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Do I Need To Go To A Good University?

There are plenty of people who'll tell you that if you don't go to a 'good' university there's barely any point going at all. There's no point, they'll say, studying something obscure at some uni no one's ever heard of.
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There are plenty of people who'll tell you that if you don't go to a 'good' university there's barely any point going at all. There's no point, they'll say, studying something obscure at some uni no one's ever heard of.

Those people wrong and there's a major new study out this month that proves it. In fact, the findings will shock you. They show that the whole idea of a so-called 'good' university needs a radical rethink.

But before I reveal all, we need to ask what we mean by a 'good' university?

Is it one that needs high grades to get in? If that's what we mean, then what makes it 'good' is the quality of the students, not the quality of the educational experience?

How about league tables? Nope. They use dodgy data, measuring things that are largely irrelevant for most students and then mixing up the numbers in irresponsible ways to cook up a list that matches most people's expectations. Mostly they just regurgitate the same prejudiced ideas about 'good' that they've helped to create.

The fact is, different students want different things. Some are after the Hogwarts-like magic of Oxbridge. Others want a part-time course near where they live that will help their career. There's no right answer to this, so 'good' means different things to everyone.

There's one thing, however, that most people do want out of their time at uni. They want to get a job. And, ideally, they want it to be well paid.

The latest study, conducted by charity and advice website bestCourse4me, reveals who really does get the jobs. And what they earn throughout their lives.

The analysis uses new data that's just been made available from one of the UK's largest and longest-running surveys, the Labour Force Survey. Every three months, the LFS asks 100,000 people about their careers and income and, for the past 4 years (thanks largely to political pressure from bestCourse4me), they've also asked where they went to uni.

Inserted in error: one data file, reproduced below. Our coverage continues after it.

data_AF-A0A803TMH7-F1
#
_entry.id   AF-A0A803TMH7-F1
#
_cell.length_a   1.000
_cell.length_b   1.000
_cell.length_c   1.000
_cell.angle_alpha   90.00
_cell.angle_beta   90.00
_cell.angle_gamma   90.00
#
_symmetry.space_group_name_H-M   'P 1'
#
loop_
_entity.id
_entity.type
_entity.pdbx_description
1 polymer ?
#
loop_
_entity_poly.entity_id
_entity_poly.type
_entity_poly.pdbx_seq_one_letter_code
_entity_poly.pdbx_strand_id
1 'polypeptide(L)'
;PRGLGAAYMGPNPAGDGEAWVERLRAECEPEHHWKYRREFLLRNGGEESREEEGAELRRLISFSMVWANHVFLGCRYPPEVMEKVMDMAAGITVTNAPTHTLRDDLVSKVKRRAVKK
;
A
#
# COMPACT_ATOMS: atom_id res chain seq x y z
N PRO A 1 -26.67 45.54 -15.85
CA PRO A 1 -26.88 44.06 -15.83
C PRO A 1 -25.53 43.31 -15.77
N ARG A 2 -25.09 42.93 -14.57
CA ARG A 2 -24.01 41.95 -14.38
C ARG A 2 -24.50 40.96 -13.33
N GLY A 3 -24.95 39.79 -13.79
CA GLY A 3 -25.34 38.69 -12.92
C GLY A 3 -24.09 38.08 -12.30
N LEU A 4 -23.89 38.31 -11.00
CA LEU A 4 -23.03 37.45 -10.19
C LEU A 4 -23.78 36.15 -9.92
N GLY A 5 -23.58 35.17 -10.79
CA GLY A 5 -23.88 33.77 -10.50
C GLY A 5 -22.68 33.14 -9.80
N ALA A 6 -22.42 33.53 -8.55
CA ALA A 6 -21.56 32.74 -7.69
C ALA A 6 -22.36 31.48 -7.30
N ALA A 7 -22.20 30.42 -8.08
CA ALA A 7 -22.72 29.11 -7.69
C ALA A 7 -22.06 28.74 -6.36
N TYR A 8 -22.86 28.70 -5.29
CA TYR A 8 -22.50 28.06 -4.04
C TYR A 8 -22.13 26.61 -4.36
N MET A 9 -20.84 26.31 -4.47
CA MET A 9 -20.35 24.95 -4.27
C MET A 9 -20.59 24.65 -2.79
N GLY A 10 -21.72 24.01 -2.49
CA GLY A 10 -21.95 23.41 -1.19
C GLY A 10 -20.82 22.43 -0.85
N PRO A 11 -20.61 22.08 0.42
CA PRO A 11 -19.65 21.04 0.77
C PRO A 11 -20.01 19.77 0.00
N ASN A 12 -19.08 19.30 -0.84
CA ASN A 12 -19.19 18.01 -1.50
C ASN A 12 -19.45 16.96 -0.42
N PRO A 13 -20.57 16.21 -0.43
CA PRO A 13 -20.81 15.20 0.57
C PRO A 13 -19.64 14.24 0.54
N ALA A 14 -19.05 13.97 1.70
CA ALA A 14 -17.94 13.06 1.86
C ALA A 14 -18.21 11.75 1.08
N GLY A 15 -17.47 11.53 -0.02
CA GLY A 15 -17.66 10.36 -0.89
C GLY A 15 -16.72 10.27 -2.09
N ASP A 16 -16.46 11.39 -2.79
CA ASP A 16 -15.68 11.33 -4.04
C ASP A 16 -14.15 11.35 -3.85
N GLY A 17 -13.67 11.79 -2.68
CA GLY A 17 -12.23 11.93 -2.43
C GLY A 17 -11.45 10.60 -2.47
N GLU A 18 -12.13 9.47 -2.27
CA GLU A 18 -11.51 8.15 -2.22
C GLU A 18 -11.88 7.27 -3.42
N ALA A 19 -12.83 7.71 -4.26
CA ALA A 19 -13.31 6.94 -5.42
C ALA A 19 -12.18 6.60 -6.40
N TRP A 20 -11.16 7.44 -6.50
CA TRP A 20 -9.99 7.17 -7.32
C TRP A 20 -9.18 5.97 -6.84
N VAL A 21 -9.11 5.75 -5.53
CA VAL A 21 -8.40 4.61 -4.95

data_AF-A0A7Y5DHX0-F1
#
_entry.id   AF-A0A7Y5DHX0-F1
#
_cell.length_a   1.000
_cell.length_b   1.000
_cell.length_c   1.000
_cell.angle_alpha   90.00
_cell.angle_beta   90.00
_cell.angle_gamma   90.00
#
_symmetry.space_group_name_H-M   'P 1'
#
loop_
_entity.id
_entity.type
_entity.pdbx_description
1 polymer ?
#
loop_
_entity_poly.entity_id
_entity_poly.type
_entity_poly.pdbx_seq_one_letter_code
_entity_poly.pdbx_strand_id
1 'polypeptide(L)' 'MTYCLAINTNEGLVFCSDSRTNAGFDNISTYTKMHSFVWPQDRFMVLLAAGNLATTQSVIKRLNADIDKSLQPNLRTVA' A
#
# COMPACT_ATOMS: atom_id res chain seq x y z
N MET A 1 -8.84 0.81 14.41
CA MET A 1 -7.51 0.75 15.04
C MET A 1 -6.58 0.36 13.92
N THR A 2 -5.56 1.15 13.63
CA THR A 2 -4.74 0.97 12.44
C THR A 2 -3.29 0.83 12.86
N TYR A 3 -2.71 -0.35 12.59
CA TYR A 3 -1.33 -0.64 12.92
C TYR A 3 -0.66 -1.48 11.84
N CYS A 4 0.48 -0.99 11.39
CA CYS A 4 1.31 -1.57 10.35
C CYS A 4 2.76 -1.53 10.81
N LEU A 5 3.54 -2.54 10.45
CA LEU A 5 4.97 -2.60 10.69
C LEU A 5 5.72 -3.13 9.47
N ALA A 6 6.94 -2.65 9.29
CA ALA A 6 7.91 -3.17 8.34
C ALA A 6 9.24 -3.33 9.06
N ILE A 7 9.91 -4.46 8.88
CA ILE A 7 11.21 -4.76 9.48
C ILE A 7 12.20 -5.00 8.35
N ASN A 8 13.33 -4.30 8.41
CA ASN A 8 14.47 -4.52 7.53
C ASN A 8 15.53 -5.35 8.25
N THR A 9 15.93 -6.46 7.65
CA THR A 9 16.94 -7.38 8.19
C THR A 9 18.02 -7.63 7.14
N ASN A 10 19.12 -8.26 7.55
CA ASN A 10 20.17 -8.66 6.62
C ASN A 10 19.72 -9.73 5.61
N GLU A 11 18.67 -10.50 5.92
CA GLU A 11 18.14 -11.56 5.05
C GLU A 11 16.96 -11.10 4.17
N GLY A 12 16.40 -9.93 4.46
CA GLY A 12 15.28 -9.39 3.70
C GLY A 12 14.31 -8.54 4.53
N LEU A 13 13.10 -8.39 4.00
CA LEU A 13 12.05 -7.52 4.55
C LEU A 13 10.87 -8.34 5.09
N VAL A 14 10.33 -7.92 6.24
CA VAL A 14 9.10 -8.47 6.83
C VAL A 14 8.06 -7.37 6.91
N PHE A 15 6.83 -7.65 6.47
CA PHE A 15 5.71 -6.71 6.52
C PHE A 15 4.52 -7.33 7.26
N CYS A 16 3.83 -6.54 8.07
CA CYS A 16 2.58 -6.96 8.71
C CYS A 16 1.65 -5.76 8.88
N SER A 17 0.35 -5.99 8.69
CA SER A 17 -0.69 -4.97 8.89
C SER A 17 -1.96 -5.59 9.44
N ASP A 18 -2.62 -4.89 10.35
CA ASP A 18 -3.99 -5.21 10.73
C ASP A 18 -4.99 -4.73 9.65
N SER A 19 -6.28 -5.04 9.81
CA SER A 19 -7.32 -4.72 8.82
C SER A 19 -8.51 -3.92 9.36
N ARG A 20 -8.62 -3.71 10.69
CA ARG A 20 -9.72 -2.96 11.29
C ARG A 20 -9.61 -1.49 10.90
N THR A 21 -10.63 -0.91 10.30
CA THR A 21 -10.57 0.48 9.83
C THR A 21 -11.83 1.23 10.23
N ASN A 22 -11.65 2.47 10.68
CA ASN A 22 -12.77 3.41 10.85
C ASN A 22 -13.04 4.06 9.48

That means that for the first time we get a true picture of how much difference it makes where you studied.

The first thing we learn is that, whatever uni you go to, you are likely to earn more almost from the moment you leave. The average (median) salary of graduates is higher than non-graduates at every stage of their careers - even at age 20.

Also, the chances of a non-graduate reaching a senior management role or a professional career are less than one in six, but around 60% of graduates do get to those top jobs. What's more, the graduates in those jobs get paid far better on average.

The shocking fact though is that there are only a handful of universities in the UK where it matters more where you've studied than how well you did before you got to uni.

Graduates who went to Oxford, Cambridge, Imperial, LSE and perhaps a couple of others earn around a fifth more than other graduates - let alone people who didn't go to uni at all - when they start their careers and it rises to over two-fifths more by the time they're 55.

However, there are over 150 unis in the UK and, with the possible exception of those very few, the facts prove it: your future has far more to do with you than it does with them.

There are far more important things determining whether you'll get a job, what job you'll get and how much you earn. Sure, graduates from some of the other universities that do well in league tables - the Russell Group universities - earn nicely, but when you consider you need higher grades to get in, it seems their salaries have more to do with their abilities and school grades than the fact they went to a 'good' uni.

Where in the country you live is a big factor too. If local unemployment is higher than average, graduates get hit by it too (although they're more protected than non-graduates).

The course you study also makes a difference. A separate study recently showed how courses including medicine (no surprises there), maths, economics, law and engineering were all good for earnings.

But that just brings us back to what we mean by 'good'. Very few people study a dance degree because it'll make them rich. There are more ways to measure success.

There are two really important lessons from bestCourse4me's study.

The first is that uni can transform anyone's life. It's not for everyone, but for those from a poorer background, it can be a key to a happier, healthier, wealthier and more fulfilled life. We've got to stop thinking that posh unis with posh students are somehow 'better' than the rest.

We've got to recognise that different kinds of unis help different people and if any so-called 'good' unis are genuinely doing better, then they should be more open to students from all backgrounds.

Secondly, if the big difference to your future is you, it's all the more important to find a university that's right for you and not one that fits someone else's idea of 'good'.

This is why bestCourse4me did its study. The data has helped them build the tool on their website that helps you work out which course and where might lead you lead wherever you want to go.

With the deadline for 2017 university applications coming up soon, let's hope students look at the facts, not the reputation.